The castle serves as barracks for Lu Brezhon, embryo of the Breton national army created by the Breton nationalist Célestin Lainé in the wake of the creation of the Breton National Committee in 1940.

From 1955 to 1972, the castle was restored under the direction of René Lisch, chief architect of historical monuments. The inauguration of the restored castle, dedicated to temporary exhibitions, took place on May 25, 1972 in the presence of the Duke of Rohan, elected officials from the Breton departments, and the Pontivy municipal council.

70,000 tourists visit the castle each year.

On Friday February 7, 2014, following heavy rainfall due to storm Petra, part of the south curtain collapsed. The castle is closed during the restoration operation launched in June 2016, scheduled for a minimum period of 3 years and a work of 3 million euros: the wall is rebuilt using a reinforced concrete wall covered with a facing. in stones (reuse of original stones still in good condition and rubble from a quarry near Carhaix used in addition); twelve new information panels are installed around. The new development of the castle is carried out in six stages: video mapping operation on the facade; arrangements of the interior courtyard with temporary events, of the public reception area (with bookstore, dining, meeting and relaxation areas, toilets, etc.); paying tour loop on the first floor with permanent scenography and temporary exhibitions; rooms reserved for guided tours and micro-events on the ground floor and in the basement; workshops and project spaces, on the ground floor.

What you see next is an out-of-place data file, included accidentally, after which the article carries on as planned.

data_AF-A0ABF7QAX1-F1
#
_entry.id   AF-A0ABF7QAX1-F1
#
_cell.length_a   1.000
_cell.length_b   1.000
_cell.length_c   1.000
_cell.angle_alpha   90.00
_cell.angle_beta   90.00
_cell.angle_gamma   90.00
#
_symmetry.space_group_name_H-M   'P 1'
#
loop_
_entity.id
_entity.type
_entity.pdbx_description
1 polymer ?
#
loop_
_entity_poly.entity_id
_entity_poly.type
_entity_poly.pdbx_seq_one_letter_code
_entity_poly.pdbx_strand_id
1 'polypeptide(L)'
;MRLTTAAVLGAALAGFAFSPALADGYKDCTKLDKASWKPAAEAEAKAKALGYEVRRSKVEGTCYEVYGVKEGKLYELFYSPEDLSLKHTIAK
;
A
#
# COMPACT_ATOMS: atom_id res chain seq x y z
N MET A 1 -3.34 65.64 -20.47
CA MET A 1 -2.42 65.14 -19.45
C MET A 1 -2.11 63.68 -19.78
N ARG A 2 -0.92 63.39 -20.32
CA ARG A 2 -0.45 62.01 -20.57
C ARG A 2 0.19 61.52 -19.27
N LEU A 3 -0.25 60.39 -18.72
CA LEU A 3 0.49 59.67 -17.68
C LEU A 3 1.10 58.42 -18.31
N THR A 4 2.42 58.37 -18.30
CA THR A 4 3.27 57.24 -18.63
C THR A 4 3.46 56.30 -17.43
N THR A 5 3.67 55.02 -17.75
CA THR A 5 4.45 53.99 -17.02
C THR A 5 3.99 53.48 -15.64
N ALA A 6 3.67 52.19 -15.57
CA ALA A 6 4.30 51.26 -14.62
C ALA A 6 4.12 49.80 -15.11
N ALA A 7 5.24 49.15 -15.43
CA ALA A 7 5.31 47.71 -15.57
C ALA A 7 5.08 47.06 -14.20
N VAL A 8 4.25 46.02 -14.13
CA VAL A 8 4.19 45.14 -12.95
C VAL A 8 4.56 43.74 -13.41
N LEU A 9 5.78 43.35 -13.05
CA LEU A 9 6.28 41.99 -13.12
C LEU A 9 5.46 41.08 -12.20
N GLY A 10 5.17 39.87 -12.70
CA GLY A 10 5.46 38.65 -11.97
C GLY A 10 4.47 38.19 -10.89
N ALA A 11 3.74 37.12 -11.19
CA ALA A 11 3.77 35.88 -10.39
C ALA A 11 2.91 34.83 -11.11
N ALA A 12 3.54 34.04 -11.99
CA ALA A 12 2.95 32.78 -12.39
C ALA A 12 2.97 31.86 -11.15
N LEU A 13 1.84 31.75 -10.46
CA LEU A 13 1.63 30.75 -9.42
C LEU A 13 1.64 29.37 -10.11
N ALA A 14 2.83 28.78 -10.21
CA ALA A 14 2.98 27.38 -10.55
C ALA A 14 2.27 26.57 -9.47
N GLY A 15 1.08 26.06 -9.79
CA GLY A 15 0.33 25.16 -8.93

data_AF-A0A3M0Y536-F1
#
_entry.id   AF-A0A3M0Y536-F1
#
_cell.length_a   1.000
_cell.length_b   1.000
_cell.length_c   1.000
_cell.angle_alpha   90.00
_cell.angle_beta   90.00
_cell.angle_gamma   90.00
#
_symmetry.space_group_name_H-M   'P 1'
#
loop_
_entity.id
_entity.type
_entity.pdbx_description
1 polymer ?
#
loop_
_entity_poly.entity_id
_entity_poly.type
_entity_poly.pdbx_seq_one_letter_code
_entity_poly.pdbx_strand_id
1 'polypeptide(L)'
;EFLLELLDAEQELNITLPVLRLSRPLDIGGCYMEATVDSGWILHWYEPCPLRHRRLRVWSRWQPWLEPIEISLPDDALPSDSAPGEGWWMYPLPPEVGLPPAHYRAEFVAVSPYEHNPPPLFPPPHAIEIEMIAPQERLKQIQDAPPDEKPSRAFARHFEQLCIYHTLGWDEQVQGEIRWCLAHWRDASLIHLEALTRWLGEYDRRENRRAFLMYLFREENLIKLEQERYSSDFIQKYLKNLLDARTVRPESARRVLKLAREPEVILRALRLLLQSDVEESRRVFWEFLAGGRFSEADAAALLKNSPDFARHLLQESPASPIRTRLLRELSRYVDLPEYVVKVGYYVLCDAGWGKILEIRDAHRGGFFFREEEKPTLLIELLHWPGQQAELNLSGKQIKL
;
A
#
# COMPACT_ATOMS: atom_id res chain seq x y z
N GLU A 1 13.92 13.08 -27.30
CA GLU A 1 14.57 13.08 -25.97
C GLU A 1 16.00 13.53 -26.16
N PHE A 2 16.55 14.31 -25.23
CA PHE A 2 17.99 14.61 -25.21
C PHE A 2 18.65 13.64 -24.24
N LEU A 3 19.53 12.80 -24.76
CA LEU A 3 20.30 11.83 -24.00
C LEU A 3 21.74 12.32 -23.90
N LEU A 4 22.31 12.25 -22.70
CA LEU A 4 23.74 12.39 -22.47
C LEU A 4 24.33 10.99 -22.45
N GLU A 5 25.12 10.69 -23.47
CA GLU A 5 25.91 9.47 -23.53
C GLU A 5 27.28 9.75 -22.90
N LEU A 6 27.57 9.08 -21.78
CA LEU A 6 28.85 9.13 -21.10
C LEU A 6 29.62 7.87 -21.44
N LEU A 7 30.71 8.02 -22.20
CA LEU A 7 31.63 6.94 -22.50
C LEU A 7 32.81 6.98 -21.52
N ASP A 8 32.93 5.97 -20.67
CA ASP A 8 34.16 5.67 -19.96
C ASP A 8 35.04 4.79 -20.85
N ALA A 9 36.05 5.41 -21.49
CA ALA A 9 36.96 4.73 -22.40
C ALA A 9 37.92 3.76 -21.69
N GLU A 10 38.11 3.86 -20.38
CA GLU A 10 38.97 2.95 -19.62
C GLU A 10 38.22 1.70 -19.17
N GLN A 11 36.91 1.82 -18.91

This work is accompanied by preventive archeology operations which reveal in particular two old ovens in the courtyard (the large oven could correspond to a bread oven while the small oven could have been used as a pastry oven).

The irregular quadrangular plan (approximately 90 meters by 75 meters) of the castle, flanked by four circular corner towers connected by a curtain 20 meters high, remains traditional. The thickness of the walls reached in places more than 5 meters wide, in order to resist the progress of the artillery and the fire of the guns. The device is of schist up to the Breton machicolations carved in granite. At the first floor of the crenellated and covered walkway, dormers with pointed pediments were added at the beginning of the 16th century. Access to the inner courtyard is via a dormant bridge which replaced the two drawbridges thrown over the moats never put in water. The counterscarp was leveled at the beginning of the 20th century, the earth thus recovered having served to fill the ditch.